“Un-friending”

Posted: December 14, 2014 in Uncategorized, When Church Hurts
Tags: , , , ,

Yesterday, I was asked to list three things that have happened in the past year that I can celebrate. Immediately, I wrote that both of my sons graduated from college and both have jobs in their fields of study – not always an easy task these days.

My second item of celebration was that I became a grandmother for the first time. No one ever told me that I would become addicted to my granddaughter and that I would need a “baby fix” every few days – but it’s true! I am so blessed to have her nearby so I can see her often.

But then I got to the third thing. And I wrote about being tossed out of the church. Sometimes, it’s in writing and just letting the words flow through my fingertips that I realize something really important, and as I wrote, that’s exactly what happened. And the “something really important” that I realized is this:

I can set the bar for other people.

You see, one of the major incidents in my spiritual abuse story is that when I was told that I could not do anything in the church except attend services. When I asked why, I was told that they could not/would not give me a reason or tell me what I had supposedly done. When I asked what I would have to do to regain the privilege of serving or participating in church activities, I was told that they would simply be “watching” me and that if they saw what they wanted to see, someday I “might be invited” to take a class or two that would instruct me in the ways that I should behave. I immediately pointed out that, not only was this unscriptural, but I also made the point that since they would not tell me what I had done wrong they were setting an invisible bar for me.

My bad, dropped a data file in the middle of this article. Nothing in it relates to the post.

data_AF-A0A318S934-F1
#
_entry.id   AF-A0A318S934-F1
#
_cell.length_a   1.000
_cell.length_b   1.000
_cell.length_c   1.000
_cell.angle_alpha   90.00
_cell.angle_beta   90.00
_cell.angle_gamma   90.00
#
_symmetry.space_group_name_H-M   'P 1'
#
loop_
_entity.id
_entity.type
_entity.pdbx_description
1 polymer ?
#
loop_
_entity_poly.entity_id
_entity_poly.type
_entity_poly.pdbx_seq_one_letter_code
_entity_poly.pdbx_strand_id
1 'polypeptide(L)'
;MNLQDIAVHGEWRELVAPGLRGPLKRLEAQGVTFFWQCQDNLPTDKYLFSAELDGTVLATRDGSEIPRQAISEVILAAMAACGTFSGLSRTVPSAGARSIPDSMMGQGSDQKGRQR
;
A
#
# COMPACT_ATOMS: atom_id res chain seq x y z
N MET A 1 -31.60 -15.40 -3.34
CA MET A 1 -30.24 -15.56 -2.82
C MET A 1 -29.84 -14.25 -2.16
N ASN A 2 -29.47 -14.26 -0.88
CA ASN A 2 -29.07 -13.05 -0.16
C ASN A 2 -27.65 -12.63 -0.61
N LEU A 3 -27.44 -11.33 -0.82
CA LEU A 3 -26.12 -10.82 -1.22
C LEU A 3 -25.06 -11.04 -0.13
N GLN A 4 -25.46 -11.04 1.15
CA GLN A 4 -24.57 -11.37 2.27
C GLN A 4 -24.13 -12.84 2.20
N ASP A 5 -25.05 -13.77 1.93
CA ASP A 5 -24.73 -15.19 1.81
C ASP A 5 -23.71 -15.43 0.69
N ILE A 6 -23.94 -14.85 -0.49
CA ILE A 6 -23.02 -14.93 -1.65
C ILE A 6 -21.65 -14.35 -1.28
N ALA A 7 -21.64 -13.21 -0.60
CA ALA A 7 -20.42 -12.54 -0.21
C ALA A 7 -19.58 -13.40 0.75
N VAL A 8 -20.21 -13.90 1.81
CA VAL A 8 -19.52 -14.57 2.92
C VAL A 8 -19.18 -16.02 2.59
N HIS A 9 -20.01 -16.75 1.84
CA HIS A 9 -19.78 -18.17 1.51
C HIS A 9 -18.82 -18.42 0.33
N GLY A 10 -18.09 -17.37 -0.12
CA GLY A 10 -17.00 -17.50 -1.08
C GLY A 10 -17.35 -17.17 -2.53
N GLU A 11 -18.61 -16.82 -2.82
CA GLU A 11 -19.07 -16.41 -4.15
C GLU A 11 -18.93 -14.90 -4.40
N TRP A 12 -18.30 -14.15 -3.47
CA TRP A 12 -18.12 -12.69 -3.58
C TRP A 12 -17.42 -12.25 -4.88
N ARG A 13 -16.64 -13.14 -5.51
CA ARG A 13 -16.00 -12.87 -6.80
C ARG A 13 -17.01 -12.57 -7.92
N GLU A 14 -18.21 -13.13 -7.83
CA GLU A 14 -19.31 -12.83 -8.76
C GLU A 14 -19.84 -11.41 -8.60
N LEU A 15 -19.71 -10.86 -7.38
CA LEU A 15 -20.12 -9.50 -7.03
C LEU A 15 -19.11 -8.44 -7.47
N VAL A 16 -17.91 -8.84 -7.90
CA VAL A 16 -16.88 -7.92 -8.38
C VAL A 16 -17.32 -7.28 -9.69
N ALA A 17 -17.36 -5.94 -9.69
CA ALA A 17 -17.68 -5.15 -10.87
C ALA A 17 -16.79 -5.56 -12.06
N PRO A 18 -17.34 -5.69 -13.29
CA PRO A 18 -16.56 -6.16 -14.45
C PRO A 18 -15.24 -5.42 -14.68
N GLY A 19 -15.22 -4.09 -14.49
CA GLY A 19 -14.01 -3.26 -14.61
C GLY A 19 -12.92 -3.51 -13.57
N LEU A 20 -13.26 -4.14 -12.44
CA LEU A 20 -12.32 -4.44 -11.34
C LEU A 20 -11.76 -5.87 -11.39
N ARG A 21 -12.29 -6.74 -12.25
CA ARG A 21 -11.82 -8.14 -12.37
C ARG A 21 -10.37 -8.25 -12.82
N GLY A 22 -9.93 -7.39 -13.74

What I didn’t realize then, and hadn’t put into words until I began writing about it, is that while they were setting a bar for me, I could also set a bar for them – as well as other people in my life. One of the key things I have come to realize over this past year (I was tossed out on December 20, 2013) is that I have the power to set a bar for people and if they don’t measure up to it, I don’t have to allow them in my life.

So, while yes, I was tossed out of the church, I could have done much more and tried much harder to rectify the situation. I could have groveled and begged and argued and shamed myself in a desperate attempt to continue to reach that bar that was set for me for all of those years. But instead, I reclaimed my power to set a bar for the church. Not only the church leadership – the senior pastor, his brother (the pastor who told us not to come back), the lay-leader of the congregation, but also those who claimed to be my friends but really weren’t.

I set a bar that there are certain behaviors that they must exhibit in order to win back a positive position in my life.

Over this past year, without really thinking about it, I have been living out this “setting the bar” practice in many of my “relationships” outside the church, as well. For example, I have “unfriended” people. I have said “no” to requests to have lunch or coffee with people who I have realized are toxic. I do not allow people who exhibit a pattern of diminishing me or others to have a prominent place in my life.

From my experience with spiritual abuse, I know how important it becomes to want to live up to whatever the church leadership is demanding and often, that people-pleasing mentality spills over into lots of other relationships and we get taken advantage of not only by the church but by people outside of the church, as well.

May I encourage you to set the bar? And if people aren’t measuring up, walk away. Unfriend. Take control.

And celebrate!

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Comments
  1. […] just read a post yesterday that really nailed this idea of setting the standard for the people you allow to be in […]

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